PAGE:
Add more periods for flexibility

Thank you for your article highlighting the issues and research around high school schedules. As a high school teacher, this has been a major concern for me.

The reasons for early starts are not easily dismissed — bus schedules, and the expense of providing transportation directly impacts all taxpayers, not just parents. Students’ ability to participate in school sports and activities, which promotes student achievement, dictates an early schedule.

I believe an answer might lie in considering staggered start times at the high school level, coupled with a seven, or even an eight-period day, This would allow students, teachers and families to individualize schedules, based on their needs. Student athletes and kids who are working or caring for younger siblings could start earlier. Those who have later family schedules could get more sleep, and more family time. It would also allow kids who are behind in credits to take additional classes within the school day to catch up, and eliminate the need for summer school classes.

This proposal is costly, and would complicate the scheduling of classes and student activities outside of our current school times. It would require a community that is willing to bear those complications, and the costs of increased budgets for transportation and supervision/ staffing required for a longer day. Without community support for more flexibility in scheduling, nothing will change. We will continue to see fractured family schedules, and my colleagues and I will continue to have sleep-deprived students who under-perform/lose credit for non-attendance in their early classes.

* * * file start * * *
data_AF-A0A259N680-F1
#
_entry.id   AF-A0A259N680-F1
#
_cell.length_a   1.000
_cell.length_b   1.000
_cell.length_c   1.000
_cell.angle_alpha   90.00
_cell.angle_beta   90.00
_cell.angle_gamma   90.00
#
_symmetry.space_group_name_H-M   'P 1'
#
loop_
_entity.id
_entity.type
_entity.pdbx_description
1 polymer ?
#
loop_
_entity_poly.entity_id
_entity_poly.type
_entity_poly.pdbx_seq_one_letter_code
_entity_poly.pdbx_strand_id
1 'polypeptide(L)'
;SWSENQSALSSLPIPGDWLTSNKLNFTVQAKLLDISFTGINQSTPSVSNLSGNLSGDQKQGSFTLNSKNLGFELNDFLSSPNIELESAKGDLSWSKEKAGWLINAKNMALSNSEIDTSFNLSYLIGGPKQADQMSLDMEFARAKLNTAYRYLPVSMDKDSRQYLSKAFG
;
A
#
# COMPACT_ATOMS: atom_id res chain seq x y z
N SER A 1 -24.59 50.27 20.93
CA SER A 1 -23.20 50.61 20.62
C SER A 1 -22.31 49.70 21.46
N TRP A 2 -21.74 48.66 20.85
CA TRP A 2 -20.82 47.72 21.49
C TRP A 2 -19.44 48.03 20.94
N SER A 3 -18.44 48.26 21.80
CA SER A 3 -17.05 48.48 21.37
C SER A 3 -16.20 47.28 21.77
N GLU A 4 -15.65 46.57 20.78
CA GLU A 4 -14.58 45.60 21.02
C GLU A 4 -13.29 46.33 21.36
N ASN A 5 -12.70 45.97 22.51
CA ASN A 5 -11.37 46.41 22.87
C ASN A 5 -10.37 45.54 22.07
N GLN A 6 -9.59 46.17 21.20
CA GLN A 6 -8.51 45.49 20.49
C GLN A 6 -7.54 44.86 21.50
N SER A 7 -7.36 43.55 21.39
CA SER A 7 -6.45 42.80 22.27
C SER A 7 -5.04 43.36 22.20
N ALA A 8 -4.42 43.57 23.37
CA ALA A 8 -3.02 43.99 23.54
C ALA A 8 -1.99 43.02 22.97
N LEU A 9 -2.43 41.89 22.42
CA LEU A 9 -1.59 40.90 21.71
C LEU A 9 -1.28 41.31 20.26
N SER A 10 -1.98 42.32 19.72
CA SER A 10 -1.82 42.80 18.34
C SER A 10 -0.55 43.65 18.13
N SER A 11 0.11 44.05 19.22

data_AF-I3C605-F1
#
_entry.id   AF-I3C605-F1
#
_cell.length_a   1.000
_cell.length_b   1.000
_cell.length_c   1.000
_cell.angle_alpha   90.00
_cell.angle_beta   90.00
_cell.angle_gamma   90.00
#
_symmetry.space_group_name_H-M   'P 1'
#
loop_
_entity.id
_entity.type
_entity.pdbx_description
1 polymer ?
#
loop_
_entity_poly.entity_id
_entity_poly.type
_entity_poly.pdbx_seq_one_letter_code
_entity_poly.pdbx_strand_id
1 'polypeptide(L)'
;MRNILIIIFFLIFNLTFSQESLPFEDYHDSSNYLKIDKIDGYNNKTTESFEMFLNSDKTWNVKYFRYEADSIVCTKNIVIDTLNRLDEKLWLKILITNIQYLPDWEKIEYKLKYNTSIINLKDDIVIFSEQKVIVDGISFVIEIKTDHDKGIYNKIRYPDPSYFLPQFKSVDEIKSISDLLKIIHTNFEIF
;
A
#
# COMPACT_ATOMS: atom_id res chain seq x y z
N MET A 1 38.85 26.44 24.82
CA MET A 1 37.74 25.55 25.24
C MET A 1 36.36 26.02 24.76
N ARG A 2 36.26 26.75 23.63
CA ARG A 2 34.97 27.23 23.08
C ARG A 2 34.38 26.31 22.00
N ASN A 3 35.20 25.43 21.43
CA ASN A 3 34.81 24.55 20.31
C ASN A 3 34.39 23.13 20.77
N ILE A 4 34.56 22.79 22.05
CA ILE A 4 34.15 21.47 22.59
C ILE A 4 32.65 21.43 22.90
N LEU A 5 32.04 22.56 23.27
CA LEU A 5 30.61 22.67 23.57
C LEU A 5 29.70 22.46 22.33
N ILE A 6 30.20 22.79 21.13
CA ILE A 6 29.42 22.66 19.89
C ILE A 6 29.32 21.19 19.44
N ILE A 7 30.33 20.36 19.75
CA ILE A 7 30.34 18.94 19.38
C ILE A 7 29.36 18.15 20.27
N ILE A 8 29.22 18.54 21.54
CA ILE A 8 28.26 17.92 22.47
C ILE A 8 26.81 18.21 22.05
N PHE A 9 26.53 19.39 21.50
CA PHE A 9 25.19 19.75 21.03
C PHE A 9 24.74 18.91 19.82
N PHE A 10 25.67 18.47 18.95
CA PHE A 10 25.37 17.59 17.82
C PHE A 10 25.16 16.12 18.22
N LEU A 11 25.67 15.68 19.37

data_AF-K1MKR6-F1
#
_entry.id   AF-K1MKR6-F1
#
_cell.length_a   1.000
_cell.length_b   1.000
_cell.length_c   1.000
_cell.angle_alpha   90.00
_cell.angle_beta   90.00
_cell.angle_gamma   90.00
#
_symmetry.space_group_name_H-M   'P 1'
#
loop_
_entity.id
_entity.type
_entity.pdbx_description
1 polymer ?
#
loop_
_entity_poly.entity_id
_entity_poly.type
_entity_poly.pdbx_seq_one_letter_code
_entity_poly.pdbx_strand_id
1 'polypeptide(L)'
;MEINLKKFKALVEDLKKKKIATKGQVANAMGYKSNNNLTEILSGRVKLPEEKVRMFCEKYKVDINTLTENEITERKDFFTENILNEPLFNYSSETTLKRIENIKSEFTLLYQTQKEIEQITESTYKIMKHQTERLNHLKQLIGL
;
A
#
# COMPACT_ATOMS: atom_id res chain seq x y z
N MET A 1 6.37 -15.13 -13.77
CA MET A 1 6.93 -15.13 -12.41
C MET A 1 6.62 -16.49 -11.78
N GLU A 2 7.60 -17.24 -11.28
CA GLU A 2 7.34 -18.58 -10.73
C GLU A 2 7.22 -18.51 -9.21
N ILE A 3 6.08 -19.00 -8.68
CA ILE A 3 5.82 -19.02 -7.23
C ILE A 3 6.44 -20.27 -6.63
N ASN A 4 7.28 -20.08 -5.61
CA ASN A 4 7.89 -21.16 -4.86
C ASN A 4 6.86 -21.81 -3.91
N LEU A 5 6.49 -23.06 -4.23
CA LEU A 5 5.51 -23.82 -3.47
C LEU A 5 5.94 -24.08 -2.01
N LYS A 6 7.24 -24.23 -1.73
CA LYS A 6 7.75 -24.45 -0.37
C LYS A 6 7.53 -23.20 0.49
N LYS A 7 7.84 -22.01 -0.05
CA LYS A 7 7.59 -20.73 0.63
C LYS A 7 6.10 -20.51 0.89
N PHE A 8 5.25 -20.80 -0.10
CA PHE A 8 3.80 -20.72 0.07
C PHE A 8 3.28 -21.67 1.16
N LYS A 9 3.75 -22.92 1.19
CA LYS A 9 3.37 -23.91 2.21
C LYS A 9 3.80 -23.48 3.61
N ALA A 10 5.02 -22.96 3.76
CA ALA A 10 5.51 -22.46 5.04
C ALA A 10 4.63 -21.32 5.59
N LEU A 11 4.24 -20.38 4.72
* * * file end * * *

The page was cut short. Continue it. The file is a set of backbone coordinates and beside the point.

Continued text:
Ann Morgan


Talk to us

More in Opinion

Editorial cartoons for Tuesday, March 31

A sketchy look at the day in the COVID-19 pandemic (and politics).… Continue reading

Editorial: Sacrifices against COVID daunting but necessary

$2.2 trillion is a heavy price to pay but Americans and businesses need help to continue the fight.

Commentary: Act like your kids are watching; because they are

Young minds are like sponges, absorbing how we handle uncertainty, tumult and a loss of control.

Herald homework: Mandatory PE would save lives

Fitness classes should not be an option. It should be mandatory, since… Continue reading

Middle class needs financial help during crisis

With the new virus that the world has, it has hurt the… Continue reading

Herald opinion page has too many liberals, socialists

I would have thought that the vicious anti-Trump screeds in The Herald… Continue reading

Editorial cartoon for Monday, March 30

A sketchy look at the day in the Covid-19 outbreak (and politics).… Continue reading

Editorial: Yes, COVID-19 is closing the gates on parks

The balance between caution and getting outdoors does require some concessions. But you can still walk.

Editorial: Covid-19 threatens census; you can help fix that

The outbreak’s response has complicated census efforts, making our timely response crucial to its success.

Most Read